Monday, August 24, 2015

The Next Big Carbon Source of Energy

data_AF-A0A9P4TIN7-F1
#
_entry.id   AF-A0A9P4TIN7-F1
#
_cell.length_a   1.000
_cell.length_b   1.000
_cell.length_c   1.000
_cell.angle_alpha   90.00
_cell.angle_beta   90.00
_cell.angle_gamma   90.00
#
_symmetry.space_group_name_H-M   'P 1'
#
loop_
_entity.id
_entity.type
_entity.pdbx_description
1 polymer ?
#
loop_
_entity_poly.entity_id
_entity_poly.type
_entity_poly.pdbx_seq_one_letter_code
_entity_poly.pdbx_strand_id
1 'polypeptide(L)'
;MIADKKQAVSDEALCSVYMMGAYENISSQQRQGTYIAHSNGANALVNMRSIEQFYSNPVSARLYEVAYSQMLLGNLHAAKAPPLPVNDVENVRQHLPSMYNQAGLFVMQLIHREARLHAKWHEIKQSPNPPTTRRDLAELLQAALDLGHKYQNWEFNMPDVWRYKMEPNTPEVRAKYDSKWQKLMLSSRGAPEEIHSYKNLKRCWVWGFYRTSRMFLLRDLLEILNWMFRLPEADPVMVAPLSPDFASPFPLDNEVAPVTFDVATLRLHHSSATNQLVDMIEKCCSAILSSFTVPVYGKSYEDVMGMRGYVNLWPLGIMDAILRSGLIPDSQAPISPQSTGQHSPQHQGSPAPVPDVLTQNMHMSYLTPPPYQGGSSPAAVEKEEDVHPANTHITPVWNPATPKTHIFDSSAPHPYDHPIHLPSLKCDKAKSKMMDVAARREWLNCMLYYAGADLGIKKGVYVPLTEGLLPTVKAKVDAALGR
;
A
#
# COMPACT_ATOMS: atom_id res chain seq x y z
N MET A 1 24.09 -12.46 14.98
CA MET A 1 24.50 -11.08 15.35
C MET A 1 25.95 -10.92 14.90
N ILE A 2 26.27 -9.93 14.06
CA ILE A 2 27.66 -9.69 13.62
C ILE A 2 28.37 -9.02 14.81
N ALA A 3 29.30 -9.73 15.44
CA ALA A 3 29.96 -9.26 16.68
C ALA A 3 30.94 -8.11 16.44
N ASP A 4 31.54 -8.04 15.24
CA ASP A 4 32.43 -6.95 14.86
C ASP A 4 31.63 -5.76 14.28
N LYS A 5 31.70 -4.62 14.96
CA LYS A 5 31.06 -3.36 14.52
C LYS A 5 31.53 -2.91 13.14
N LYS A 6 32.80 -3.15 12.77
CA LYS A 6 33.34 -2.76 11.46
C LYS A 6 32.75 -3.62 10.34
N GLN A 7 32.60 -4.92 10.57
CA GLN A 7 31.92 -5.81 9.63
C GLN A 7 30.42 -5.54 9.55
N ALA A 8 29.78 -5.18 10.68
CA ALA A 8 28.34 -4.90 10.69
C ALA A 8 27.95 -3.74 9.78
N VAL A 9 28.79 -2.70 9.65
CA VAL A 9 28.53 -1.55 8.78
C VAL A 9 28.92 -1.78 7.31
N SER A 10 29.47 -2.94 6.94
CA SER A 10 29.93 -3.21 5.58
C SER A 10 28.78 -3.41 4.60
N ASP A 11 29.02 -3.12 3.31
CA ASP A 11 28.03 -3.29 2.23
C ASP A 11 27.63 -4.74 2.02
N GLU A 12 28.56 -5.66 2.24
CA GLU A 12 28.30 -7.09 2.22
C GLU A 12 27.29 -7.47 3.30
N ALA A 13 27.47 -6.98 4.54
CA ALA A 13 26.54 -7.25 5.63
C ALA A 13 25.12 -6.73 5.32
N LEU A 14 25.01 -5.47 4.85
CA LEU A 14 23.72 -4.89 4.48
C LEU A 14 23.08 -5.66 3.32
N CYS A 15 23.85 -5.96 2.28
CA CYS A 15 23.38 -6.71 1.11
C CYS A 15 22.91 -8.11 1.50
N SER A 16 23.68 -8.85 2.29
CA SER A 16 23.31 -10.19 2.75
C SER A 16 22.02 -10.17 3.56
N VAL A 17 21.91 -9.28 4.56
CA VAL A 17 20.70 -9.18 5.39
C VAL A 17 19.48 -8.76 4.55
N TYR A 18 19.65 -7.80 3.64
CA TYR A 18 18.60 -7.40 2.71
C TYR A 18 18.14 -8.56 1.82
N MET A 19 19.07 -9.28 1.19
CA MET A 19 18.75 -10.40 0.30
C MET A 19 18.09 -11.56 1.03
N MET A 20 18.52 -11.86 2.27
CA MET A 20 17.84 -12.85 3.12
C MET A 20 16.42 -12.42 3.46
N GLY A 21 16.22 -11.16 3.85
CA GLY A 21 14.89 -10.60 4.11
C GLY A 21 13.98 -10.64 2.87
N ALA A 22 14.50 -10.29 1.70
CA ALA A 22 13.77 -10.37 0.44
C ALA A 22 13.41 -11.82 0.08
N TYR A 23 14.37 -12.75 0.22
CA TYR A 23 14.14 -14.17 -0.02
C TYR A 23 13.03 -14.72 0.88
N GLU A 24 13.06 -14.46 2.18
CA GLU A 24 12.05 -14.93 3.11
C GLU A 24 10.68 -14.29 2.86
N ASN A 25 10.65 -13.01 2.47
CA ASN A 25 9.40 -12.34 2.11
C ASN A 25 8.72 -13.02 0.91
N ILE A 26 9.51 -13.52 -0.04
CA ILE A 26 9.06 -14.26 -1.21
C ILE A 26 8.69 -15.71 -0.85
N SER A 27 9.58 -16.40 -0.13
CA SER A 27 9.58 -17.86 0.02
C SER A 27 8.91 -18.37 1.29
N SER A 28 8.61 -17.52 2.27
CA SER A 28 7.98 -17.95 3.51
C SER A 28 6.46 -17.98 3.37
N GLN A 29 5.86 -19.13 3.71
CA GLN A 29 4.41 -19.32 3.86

The industrial revolution began in the early 1800s in England when coal was used to drive steam engines to provide the power to run the textile mills. Millions of laborers were replaced by weaving machines with mechanical weavers. That began the industrial revolution which continued to escalate in the form of gross domestic product production worldwide until the present. The next big hydrocarbon usage was when J.D. Rockefeller discovered oil in Ohio. He built a number of refineries across the United States and established such familiar companies as Standard Oil of California and Standard Oil of New Jersey, Mobile Oil Company, Standard Oil Kentucky and eventually Texaco. This pushed the energy hydrocarbon revolution into the United States which allowed it to become the greatest industrial nation in the world. The next big hydrocarbon activity came from laying pipeline so natural gas, which was being bled off into the atmosphere during oil drilling, could be captured and used to heat homes and generate steam power as well as create electricity. All of these different hydrocarbons contributed to the gross domestic product of the world. It kept escalating as more sources of hydrocarbon were discovered and employed in this new industrial revolution. Hydrocarbons have developed under the earth’s surface which has been disturbed by volcanos, glaciers, flooding and other natural phenomena that buried plant matter and sea life. This caused a tremendous pressure differential that was exerted upon this organic matter. The increase in pressure differential and change in temperature differential in this buried organic matter created endothermic energy accompanied by bacteria that converted the organic matter to hydrocarbons. The memory of what took place is dependent upon the differential of Delta T (temperature) and Delta P (pressure). This is the equation of thermodynamics and the equation of energy. Over the years, we have had to go deeper and deeper to recover these hydrocarbons buried under the earth’s surface. It has become more costly and more of a threat to the environment to do so. In my opinion, we are about to see the end of the hydrocarbon age. During the last 10 years, we have seen the beginning of the micro-carbon energy technology. This is the energy that is recovered from the carbon sources in the upper part of the soil where the plant roots grow and productivity of plants is increased. This is leading to a new science of biological energy. At this time, there is controversy in doing so. However, this technology is being developed and will be successfully employed in the future. Why? Biological energy uses the sunlight as its major source of energy. The microbes on plant roots convert the micro-carbons back into simple carbons which supply additional energy to plants. Agronomists did not recognize the importance of recovering the micro-carbons from the soil. They referred to it as soil health and plant health. In all cases, it relayed the carbon content of the soil in providing soil health and plant health. In reality, they are merely referring to carbon as a source of energy. Biological energy, whether it be through corn, legumes or any other plants (including trees), makes use of the sun’s energy and recovers the micro-carbons in the upper layer of the soil. We no longer need to go on deep in the soil to recover hydrocarbons which have been subjected to tremendous temperature and pressure differentials. As agricultural scientists, we must figure out a better way to recover the micro-carbons from the soil to give all of our plants more energy for higher yields and more resistance to plant disease and insects. We also must raise cover crops which can use the sunlight’s energy to transfer carbon back to the soil and build more micro-carbons into the soil for the crops that follow. Cover crops produce a natural energy windmill between the sunlight and the soil micro-carbons. We must keep this windmill focused on capturing the increased growth and utilization of nutrients and the increased energy supplied to our plants. Before we depart this subject – if we don’t increase the total energy to the plant, we must learn how to partition the energy over different stages of plant growth to maximize the energy that the plant obtains from both the sunlight and the micro carbons in the soil.

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